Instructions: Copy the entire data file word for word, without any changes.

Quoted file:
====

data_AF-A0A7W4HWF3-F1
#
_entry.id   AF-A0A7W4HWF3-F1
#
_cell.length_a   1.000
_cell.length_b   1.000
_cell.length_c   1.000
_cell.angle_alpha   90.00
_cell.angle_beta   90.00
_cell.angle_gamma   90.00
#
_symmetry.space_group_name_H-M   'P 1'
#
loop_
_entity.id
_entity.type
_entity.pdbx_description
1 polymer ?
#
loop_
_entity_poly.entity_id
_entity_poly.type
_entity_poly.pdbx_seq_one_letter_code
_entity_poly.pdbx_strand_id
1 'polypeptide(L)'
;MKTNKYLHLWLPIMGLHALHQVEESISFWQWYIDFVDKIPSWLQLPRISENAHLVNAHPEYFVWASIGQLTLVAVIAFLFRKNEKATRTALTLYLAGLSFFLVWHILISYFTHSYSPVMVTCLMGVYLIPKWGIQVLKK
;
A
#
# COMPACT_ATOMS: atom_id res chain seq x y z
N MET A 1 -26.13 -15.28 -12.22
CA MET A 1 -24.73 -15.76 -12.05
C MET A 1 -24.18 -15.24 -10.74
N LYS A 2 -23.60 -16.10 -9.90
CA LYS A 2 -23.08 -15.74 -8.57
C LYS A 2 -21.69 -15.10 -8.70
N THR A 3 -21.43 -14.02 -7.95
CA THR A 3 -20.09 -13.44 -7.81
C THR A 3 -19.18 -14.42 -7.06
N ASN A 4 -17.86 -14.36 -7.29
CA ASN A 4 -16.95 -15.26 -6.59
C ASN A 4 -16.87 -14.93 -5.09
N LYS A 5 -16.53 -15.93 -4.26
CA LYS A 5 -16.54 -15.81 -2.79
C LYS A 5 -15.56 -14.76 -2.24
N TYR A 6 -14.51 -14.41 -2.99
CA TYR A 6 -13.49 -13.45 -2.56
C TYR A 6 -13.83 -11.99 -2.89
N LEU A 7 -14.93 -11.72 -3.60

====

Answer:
data_AF-A0A7W4HWF3-F1
#
_entry.id   AF-A0A7W4HWF3-F1
#
_cell.length_a   1.000
_cell.length_b   1.000
_cell.length_c   1.000
_cell.angle_alpha   90.00
_cell.angle_beta   90.00
_cell.angle_gamma   90.00
#
_symmetry.space_group_name_H-M   'P 1'
#
loop_
_entity.id
_entity.type
_entity.pdbx_description
1 polymer ?
#
loop_
_entity_poly.entity_id
_entity_poly.type
_entity_poly.pdbx_seq_one_letter_code
_entity_poly.pdbx_strand_id
1 'polypeptide(L)'
;MKTNKYLHLWLPIMGLHALHQVEESISFWQWYIDFVDKIPSWLQLPRISENAHLVNAHPEYFVWASIGQLTLVAVIAFLFRKNEKATRTALTLYLAGLSFFLVWHILISYFTHSYSPVMVTCLMGVYLIPKWGIQVLKK
;
A
#
# COMPACT_ATOMS: atom_id res chain seq x y z
N MET A 1 -26.13 -15.28 -12.22
CA MET A 1 -24.73 -15.76 -12.05
C MET A 1 -24.18 -15.24 -10.74
N LYS A 2 -23.60 -16.10 -9.90
CA LYS A 2 -23.08 -15.74 -8.57
C LYS A 2 -21.69 -15.10 -8.70
N THR A 3 -21.43 -14.02 -7.95
CA THR A 3 -20.09 -13.44 -7.81
C THR A 3 -19.18 -14.42 -7.06
N ASN A 4 -17.86 -14.36 -7.29
CA ASN A 4 -16.95 -15.26 -6.59
C ASN A 4 -16.87 -14.93 -5.09
N LYS A 5 -16.53 -15.93 -4.26
CA LYS A 5 -16.54 -15.81 -2.79
C LYS A 5 -15.56 -14.76 -2.24
N TYR A 6 -14.51 -14.41 -2.99
CA TYR A 6 -13.49 -13.45 -2.56
C TYR A 6 -13.83 -11.99 -2.89
N LEU A 7 -14.93 -11.72 -3.60